A joint inspection team from Ofsted and health watchdog the Care Quality Commission, found that services in the area have made too little progress in implementing SEND reforms since 2014.
Although leaders were acknowledged as having "ambition" for children and young people with SEND, inspectors said they had failed to translate this into a clear and coherent strategy for improvement.
"The outcomes achieved by children and young people who have SEND vary too much," a letter outlining the findings states.
"This is especially the case for those in mainstream secondary schools and young people who have SEND aged 16 to 25. There are gaps in the local area's analysis of the outcomes achieved by children and young people who have SEN and/or disabilities.
"Local area leaders do not have a well-thought-out strategy for developing the knowledge and skills of frontline practitioners or a coherent approach to developing and implementing effective, and widely understood, systems and procedures."
Inspectors added that local leaders have a superficial understanding of the needs and experience of children and young people with SEND and that arrangements for jointly planning and commissioning services in a needs-based way are "undeveloped".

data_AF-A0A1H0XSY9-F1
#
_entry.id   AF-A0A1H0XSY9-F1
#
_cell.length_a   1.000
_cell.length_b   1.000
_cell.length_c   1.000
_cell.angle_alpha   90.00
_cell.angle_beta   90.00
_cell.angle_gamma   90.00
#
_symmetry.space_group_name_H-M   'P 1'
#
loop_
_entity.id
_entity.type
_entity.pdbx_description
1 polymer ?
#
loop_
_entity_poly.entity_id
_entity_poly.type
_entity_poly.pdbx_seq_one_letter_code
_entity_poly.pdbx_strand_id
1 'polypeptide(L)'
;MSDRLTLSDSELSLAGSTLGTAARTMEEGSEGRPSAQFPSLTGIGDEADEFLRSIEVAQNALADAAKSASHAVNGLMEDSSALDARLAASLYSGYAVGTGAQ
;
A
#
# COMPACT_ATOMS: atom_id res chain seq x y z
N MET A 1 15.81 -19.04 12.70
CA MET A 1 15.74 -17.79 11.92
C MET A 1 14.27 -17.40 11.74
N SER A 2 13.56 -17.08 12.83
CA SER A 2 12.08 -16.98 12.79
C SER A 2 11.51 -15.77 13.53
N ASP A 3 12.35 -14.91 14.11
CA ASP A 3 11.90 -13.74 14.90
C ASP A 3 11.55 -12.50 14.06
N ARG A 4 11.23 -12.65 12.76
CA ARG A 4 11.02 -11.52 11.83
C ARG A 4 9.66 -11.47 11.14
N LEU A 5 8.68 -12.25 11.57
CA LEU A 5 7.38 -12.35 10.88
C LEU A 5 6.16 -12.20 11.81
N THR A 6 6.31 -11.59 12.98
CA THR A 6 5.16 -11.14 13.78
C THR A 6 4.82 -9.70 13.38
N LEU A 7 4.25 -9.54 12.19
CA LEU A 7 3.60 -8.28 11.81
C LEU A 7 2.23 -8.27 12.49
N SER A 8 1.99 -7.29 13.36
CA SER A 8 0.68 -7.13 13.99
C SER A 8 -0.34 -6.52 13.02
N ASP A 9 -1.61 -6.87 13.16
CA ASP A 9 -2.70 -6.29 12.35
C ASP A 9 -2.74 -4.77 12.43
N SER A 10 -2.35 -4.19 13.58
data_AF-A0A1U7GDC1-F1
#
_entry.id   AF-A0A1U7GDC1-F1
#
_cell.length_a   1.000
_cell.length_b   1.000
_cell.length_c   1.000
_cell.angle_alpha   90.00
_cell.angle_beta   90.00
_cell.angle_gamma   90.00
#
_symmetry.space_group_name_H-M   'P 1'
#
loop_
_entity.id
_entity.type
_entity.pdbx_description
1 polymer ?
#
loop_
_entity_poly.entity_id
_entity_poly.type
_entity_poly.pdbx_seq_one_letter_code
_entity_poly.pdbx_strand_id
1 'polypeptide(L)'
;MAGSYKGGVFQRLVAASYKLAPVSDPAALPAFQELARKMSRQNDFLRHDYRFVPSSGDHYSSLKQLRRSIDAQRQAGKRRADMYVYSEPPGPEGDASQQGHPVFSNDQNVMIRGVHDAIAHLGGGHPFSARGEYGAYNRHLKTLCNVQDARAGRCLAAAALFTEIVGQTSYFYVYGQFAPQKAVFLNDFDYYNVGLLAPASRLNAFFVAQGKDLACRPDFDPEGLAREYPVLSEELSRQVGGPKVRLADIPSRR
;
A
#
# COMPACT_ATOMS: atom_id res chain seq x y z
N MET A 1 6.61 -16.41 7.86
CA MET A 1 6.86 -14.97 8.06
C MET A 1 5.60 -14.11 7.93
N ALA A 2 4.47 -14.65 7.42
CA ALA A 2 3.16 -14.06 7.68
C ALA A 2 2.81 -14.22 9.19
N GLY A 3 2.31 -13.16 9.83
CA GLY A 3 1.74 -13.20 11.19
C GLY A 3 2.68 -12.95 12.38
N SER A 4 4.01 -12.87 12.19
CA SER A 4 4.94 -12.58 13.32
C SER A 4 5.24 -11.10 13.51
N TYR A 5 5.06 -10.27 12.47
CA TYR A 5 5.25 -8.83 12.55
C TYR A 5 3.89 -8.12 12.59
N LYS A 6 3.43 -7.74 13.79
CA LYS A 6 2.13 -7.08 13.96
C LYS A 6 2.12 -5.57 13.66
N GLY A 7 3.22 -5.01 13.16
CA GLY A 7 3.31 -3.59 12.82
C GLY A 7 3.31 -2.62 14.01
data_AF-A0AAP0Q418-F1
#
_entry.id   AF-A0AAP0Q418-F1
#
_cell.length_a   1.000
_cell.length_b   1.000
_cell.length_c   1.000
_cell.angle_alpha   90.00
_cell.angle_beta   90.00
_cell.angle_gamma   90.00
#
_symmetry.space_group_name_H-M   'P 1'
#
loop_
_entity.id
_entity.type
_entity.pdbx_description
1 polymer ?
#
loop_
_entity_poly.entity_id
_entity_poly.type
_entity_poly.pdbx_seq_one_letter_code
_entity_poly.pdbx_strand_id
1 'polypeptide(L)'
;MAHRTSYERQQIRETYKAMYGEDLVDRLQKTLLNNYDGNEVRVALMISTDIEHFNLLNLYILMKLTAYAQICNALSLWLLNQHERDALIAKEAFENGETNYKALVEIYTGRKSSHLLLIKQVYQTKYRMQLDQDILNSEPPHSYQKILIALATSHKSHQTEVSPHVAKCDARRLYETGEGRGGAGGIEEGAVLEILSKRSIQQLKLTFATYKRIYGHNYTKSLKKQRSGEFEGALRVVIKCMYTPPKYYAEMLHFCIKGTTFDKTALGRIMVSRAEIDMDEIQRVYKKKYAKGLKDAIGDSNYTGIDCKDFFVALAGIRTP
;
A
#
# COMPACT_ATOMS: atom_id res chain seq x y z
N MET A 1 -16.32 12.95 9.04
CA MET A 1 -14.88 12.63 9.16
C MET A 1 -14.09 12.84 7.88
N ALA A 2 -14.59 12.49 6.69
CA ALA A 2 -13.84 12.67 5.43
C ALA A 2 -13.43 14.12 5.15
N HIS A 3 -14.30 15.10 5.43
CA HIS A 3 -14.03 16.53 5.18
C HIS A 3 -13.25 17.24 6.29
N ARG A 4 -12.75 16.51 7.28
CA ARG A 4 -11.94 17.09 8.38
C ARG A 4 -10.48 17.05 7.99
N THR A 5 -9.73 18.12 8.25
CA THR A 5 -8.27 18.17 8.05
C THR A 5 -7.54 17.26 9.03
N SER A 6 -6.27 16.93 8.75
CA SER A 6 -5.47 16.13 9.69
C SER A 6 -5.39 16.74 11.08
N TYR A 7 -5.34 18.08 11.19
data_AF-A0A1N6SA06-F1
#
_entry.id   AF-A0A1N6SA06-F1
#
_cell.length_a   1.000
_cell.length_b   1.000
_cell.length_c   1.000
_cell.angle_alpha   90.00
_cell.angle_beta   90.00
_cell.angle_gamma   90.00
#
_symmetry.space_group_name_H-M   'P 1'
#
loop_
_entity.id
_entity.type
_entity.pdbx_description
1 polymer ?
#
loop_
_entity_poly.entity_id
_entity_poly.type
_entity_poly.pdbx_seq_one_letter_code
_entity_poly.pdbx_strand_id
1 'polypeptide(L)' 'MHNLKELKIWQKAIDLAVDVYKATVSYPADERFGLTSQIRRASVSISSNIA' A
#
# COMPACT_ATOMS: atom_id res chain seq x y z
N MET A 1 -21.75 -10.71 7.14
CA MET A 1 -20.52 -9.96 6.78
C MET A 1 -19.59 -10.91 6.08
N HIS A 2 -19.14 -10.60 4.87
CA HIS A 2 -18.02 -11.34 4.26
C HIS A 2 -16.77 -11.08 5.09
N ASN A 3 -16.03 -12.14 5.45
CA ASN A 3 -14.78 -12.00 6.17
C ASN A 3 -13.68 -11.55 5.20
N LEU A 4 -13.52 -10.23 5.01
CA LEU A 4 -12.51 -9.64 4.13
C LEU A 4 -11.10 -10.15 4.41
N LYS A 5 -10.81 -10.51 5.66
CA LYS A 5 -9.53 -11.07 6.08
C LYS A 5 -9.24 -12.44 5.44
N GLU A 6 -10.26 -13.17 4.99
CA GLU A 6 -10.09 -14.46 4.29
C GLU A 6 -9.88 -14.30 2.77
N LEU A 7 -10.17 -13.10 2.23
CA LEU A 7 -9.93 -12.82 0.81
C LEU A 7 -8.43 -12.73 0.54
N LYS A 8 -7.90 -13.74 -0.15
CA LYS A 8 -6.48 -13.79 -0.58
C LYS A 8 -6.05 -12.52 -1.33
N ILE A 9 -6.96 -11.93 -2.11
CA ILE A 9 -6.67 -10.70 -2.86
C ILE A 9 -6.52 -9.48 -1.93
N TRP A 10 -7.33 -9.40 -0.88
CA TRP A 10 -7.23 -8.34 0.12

Meanwhile, co-production working - where children and young people, families and those that provide services work together to make a decision or create a service which works for them all - was found to be not sufficiently embedded in the local area's approach.
"Frontline staff work hard, individually and in their teams, and make a valued difference to children and young people who have SEND and their families," the letter states.
"Crucially, however, families have starkly contrasting experiences of the local area's arrangements for identifying, assessing and meeting the needs of this group of children and young people."